Alright, I liked my Dirty Bomb and I needed a compressor. It just so happens that some years back David Barber made a compressor that a lot of folks like, to the point that he describes it as his most successful pedal, so I decided I’d check it out.
While I have not experienced some that I have heard great things about (notable never-trieds: Keely comp, Dyna-Comp script reissue, especially Diamond Compressor, Wampler’s compressor), of the compressors I have used (many more common units) The Barber Tone Press is hands down the best. Comparing it to my BBE Orange Squash is unflattering to the Orange Squash, despite my appreciation for its round, mellow compression. Specifically, while my Dyna-Comp is easily the worst offender for the “pop” at the start of notes, now I can notice that the Orange Squash has a slight bit of that going on as well, because the Barber Tone Press has none at all. Parallel compression is a really useful trick in the studio, now it’s a really useful trick all the time. It honestly seems that there are no downsides to this compressor, it can be either very colorful and effect-y up there with the Dyna-comp, or it can be totally transparent, and anywhere between. The internal “Color” trim pot is really interesting, too, it has an effect on the high end and seems to have something to do with the comp’s general response. I adjusted it through its range of motion when I first plugged it in, and there are definitely a lot of flavors in this unit – I imagine a lot of vintage compressor tones could be had with counter-clockwise Color settings and the blend control adjusted for just the compressed signal. I don’t know that I might not even get some use out of some really subtle compression effects while using it as a boost; as advertised it is a very good clean boost when you dial the compression out, and adding a little compression to the otherwise clean boost could make this a great tool for solos. I haven’t tried that but it’s on the list of things to do.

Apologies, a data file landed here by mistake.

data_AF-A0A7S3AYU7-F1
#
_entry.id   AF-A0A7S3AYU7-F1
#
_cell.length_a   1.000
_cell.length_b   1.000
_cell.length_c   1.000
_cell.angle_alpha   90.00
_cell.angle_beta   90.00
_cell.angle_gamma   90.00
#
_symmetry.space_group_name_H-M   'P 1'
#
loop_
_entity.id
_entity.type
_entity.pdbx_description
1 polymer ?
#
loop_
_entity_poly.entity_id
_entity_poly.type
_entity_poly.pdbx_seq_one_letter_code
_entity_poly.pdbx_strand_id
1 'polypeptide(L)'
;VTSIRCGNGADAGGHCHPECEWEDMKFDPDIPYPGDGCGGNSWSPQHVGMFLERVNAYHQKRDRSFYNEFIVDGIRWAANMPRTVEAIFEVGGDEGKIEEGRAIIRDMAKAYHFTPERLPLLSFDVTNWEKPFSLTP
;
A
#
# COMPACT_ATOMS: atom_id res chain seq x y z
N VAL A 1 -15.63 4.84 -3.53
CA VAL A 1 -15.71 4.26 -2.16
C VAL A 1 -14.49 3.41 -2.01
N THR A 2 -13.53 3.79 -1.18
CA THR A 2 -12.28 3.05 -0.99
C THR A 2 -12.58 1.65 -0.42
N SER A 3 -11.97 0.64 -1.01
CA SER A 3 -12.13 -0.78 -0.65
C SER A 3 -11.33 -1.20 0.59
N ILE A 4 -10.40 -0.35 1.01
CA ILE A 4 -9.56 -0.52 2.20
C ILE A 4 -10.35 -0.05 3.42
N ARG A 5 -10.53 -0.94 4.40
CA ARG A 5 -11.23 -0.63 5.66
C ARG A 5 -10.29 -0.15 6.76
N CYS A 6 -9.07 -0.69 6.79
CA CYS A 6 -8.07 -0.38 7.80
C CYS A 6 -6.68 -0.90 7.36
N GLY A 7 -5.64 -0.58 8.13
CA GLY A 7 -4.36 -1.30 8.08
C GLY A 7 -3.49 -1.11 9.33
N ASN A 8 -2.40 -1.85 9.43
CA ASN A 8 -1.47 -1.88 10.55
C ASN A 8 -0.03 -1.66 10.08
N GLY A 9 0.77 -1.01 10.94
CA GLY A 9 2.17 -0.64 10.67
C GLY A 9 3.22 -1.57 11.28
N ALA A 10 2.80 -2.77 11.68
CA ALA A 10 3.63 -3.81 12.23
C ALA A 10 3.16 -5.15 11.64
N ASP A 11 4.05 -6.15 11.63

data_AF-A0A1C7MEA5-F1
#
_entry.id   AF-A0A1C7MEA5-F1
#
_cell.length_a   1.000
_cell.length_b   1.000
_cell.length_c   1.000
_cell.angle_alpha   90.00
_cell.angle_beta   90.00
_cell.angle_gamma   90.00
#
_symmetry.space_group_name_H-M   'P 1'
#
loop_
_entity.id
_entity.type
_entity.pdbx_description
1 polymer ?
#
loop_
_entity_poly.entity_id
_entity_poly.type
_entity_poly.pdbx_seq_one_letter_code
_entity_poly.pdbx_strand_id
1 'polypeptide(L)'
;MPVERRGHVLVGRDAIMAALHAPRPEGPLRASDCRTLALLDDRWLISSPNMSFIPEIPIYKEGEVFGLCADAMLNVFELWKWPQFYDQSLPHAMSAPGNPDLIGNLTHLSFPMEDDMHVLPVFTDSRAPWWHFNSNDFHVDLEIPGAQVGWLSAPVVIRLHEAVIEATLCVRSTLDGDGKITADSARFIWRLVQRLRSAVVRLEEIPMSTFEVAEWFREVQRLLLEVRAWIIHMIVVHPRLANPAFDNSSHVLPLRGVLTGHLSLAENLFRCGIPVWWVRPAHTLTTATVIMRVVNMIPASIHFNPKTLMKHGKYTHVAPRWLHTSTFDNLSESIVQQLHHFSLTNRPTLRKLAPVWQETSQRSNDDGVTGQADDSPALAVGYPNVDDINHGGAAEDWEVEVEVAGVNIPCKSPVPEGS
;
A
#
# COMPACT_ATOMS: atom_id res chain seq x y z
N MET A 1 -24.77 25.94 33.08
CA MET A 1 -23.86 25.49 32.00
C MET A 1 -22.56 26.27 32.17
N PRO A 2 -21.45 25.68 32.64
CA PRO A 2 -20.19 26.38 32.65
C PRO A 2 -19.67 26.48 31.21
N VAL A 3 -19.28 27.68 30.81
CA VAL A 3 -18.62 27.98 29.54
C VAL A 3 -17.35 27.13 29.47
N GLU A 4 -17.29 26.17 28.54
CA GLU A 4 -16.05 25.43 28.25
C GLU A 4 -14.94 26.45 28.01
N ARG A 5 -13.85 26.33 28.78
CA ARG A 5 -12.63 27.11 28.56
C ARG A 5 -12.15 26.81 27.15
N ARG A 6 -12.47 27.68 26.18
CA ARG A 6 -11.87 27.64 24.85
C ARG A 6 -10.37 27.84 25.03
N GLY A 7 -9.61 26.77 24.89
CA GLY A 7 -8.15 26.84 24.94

Here’s a little demo of the Tone Press. There’s a lot that this comp can do, but this is how it sounds with one of my strats. Volume set at 2 o’clock for unity gain on transients; blend at 50/50; sustain at 2 o’clock. Internal “color” control set fully clockwise (which is how it ships, I adjusted it and then put it back there because I like it, it’s more transparent and snappy this way).
Start on the neck pickup, I switch to the bridge somewhere in there. First I play something without it, then you’ll hear a tiny click which is the unit switching on, then I play something with it. There’s only one pair of sounds in there that it isn’t totally obvious when the compressor is on, I may have forgot to turn it off when I started playing at the 12th fret and then had to re-start the clean->comp->clean->comp pattern afterward. Anyway, if it sounds fuller, sustains better, the comp’s on; if it sounds thinner and sustains less well, the comp’s off. Pay attention to the fact that transients are not impacted despite the notable presence of the beneficial effects of a well-designed compressor. That’s sort of the “point” of the Tone Press, as I understand it, though of course you can set the Blend however you would like and if what really does it for you is that poppin’ fresh pop on every note, it’s possible – set the compression to taste, blend all the way to the compression side with the Color knob more counter-clockwise and it will get you the vintage Ross/Dyna-Comp sounds you’re after. Personally I really prefer it with the blend set 50/50 or even higher on the clean side of things, because I am not a big fan of the pop. After trying a lot of compressors it’s very neat to have one which appears to have no detrimental effects, only positive ones.
Barber Tone Press -> Boss Dimension C -> Fender Twin. Delay and reverb are post.